Very little is known about the 3rd century Christian martyrs Denis, Rusticus, and Eleutherius. The three were, most likely, Romans and Denis was a friend of Pope Fabian (unknown-250).
Fabian knew that Denis was a good priest and he sent him to Gaul. Denis was almost always accompanied by Rusticus, another priest, and the deacon Elutherius. Shortly after their arrival, Denis became the bishop of modern day Paris. The suburb he occupied is now known as the commune of Saint-Denis in Paris. The Cathedral Basilica of Saint Denis can still be seen to this day.
The lives of the three holy men led to a shocking number of Christian converts. It did not take long for them to become the mortal enemies of the local pagan priests. On an unknown date, the three were captured and tortured horribly. They were then taken to the top of Montmartre, the highest hill in Paris, and beheaded. Although the year of their martyrdom is unknown, it is thought to have been sometime between 250 and 258 A.D.
In ancient times, Montmartre had been a druidic holy place. At the time of Saint Denis, it would have been known as Mons Martis or “the Mount of Mars”. After the story of Saint Denis and his companions spread, the hill became known as Montmartre or “the Mountain of the Martyr”.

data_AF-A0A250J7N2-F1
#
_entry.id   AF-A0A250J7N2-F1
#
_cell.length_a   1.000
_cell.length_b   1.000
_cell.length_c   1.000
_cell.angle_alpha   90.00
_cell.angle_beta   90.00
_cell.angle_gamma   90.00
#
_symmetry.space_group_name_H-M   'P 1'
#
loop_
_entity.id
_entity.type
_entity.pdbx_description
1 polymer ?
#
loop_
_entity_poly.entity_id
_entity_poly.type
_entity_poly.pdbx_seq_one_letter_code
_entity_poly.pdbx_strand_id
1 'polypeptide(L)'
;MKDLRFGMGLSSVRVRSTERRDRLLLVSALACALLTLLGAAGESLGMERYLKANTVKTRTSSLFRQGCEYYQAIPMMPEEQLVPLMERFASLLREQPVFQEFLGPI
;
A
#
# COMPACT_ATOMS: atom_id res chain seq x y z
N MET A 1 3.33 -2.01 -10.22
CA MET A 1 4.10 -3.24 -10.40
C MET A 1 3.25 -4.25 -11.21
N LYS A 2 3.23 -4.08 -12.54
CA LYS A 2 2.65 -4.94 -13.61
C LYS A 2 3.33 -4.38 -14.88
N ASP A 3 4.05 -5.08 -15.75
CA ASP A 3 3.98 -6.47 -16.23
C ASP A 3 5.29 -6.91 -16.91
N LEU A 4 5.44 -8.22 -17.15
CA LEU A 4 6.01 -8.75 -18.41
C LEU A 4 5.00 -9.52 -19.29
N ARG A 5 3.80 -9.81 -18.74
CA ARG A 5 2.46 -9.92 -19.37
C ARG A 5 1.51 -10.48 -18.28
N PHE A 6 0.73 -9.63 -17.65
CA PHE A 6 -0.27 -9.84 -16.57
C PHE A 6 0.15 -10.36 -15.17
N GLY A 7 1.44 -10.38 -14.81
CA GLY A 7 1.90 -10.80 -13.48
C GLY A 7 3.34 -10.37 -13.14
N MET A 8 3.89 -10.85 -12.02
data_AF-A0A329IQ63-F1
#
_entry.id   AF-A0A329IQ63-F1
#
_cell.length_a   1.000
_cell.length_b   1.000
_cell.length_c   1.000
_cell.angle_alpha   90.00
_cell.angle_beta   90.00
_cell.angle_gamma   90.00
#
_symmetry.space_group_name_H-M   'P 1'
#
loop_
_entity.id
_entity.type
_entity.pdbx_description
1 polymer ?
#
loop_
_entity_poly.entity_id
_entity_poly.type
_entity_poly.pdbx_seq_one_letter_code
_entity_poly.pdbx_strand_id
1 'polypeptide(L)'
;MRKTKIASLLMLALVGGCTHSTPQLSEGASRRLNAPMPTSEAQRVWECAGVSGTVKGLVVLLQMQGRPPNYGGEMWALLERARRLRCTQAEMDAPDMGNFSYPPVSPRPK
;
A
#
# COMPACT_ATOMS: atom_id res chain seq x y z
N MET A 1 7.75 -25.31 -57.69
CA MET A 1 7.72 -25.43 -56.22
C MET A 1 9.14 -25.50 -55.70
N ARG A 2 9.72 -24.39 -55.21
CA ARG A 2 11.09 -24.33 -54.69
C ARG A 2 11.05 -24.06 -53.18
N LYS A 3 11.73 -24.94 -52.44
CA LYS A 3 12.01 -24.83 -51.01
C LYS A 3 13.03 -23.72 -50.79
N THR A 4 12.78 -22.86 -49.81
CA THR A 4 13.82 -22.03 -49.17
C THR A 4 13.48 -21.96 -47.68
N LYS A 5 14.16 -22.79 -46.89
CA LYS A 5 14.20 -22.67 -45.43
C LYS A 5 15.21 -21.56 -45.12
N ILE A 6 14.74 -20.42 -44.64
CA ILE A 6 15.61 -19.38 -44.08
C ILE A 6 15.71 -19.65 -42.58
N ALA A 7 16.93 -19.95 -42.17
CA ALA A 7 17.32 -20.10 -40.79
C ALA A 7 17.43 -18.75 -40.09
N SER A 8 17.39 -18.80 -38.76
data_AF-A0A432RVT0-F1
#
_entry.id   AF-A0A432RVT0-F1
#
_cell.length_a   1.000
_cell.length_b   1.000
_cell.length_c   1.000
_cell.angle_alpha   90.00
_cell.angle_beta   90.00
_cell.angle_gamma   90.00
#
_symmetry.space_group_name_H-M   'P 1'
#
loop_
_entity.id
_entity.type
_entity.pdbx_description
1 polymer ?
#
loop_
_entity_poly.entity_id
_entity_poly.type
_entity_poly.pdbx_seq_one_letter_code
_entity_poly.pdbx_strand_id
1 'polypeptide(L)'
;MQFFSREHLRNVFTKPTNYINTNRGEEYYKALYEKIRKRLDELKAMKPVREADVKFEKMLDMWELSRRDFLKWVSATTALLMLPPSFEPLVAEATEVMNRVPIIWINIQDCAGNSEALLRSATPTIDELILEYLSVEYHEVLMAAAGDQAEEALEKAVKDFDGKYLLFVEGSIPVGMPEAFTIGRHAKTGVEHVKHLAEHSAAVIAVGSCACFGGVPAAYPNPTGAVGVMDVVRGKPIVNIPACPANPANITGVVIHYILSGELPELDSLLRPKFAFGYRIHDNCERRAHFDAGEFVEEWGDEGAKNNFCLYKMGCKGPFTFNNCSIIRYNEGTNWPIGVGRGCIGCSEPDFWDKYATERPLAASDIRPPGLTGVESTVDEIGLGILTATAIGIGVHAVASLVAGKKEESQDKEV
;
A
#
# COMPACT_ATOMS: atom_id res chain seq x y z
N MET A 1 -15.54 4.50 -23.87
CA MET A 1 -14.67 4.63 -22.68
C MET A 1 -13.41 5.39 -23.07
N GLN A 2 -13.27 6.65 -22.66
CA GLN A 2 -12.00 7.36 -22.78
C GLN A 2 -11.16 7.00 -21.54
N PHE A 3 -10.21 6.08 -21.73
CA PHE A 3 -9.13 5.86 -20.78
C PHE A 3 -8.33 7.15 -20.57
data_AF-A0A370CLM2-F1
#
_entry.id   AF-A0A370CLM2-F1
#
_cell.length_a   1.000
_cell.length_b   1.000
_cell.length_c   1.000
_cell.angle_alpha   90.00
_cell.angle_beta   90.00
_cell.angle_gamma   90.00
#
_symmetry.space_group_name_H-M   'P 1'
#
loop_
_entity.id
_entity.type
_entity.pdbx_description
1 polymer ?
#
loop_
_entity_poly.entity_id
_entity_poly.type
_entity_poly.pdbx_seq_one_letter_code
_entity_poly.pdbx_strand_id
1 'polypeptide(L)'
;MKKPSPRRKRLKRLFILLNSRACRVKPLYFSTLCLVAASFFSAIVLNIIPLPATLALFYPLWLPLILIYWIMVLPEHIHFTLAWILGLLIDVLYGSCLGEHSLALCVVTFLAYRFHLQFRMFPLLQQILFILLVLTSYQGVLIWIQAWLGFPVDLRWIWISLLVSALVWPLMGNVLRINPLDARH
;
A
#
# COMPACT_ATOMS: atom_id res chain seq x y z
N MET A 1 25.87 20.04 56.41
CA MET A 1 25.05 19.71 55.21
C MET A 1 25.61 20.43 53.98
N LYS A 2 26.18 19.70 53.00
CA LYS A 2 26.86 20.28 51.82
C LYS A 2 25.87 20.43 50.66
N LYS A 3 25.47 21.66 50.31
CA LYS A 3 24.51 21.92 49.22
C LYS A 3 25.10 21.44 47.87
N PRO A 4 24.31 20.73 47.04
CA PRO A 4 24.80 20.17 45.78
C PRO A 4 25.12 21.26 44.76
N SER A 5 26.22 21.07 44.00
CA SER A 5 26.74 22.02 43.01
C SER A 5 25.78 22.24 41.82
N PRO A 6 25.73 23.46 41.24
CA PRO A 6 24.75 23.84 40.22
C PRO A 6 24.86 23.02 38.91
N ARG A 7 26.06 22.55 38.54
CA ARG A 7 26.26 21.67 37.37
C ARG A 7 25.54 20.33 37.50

There is a legend that, after the pagans chopped off Denis’ head, he picked it up and walked for at least six miles. He is, therefore, considered a cephalophore which is Greek for “head carrier”. Although there is absolutely no evidence to prove that this actually happened, Saint Denis is almost always depicted in religious artwork as a bishop carrying his severed head.
There have been several other cephalophore saints; however, nearly all of them died before the 11th century and, consequently, there is very little evidence of this phenomenon that can be considered trustworthy.
Because there is so little known about Saints Rusticus and Elutherius, they are usually overlooked. Denis, however, is considered the patron saint of Paris and of those who are diabolically possessed. He is also one of the Fourteen Holy Helpers who were invoked during the 14th century.
The memorial of Saint Denis and his companions is on October 9.
Source: EWTN online article “Saint Denis”